And so it should be here. I hope Terunofuji makes yokozuna.
I am grateful that you bumped a thread i put a lot of effort into but i think your post is so thoroughly saturated with your opinion, over actual knowledge of what you're talking about, that i can't even.

Edit: There's guaranteed to be a portion of people who watch that video - probably foreign, possibly highly invested in other martial arts with less established etiquette - who will think Terunofuji was just stone cold there.. but people who watch this sport year round, professional commentaries, people who think the sport can exist outside their opinion, people in short embodied in the 2 professional commentators and Jason in that video, know what's up.
 
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SireSmogMurk

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I am grateful that you bumped a thread i put a lot of effort into but i think your post is so thoroughly saturated with your opinion, over actual knowledge of what you're talking about, that i can't even.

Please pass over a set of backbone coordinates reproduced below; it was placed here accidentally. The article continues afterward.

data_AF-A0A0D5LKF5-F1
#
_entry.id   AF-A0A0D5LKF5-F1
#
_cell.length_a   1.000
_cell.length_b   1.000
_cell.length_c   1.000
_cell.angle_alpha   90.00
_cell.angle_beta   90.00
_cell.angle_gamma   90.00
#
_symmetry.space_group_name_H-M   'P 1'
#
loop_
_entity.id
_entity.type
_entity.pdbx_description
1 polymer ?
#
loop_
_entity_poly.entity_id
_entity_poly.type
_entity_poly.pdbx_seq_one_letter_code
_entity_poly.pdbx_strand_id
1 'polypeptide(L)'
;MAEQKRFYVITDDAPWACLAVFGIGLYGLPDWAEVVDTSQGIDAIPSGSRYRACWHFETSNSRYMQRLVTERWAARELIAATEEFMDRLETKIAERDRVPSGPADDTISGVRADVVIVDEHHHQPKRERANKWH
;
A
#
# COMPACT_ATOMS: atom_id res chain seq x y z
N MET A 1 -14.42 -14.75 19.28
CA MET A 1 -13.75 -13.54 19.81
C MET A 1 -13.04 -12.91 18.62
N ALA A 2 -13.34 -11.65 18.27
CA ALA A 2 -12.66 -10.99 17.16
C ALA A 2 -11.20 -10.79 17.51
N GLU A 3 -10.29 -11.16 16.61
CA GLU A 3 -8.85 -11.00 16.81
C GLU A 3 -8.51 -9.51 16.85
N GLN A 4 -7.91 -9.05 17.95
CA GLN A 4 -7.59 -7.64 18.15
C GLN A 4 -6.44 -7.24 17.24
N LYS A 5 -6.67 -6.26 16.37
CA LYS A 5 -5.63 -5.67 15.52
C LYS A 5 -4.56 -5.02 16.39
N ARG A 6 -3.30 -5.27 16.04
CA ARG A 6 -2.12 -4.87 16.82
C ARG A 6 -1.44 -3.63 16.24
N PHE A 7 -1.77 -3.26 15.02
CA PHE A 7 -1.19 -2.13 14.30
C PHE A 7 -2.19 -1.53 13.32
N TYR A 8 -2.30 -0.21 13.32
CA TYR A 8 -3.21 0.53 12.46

Reminds me of the time I got to try fencing. I kept stabbing my opponents and they kept saying I was using illegal moves. I kept telling them that the dead can't tell me how to sword fight.
 
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Tschumi

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Reminds me of the time I got to try fencing. I kept stabbing my opponents and they kept saying I was using illegal moves. I kept telling them that the dead can't tell me how to sword fight.
I understand where you're coming from. The problem is sumo is far more complicated than fencing. There are over 100 finishing moves in sumo (if you look closely every bout has a little subtitle at the end indicating the finishing move on nhk) and some of them are more highly regarded than others.

I know you'll resist this, but I'll say it anyway: yokozuna, and to a slightly lower extent Ozeki, are expected to embody sumo values, and operate without resorting to moves like the henka. As much is said in that video. They are expected to embody those values even if it injures them or undermines their personal chances.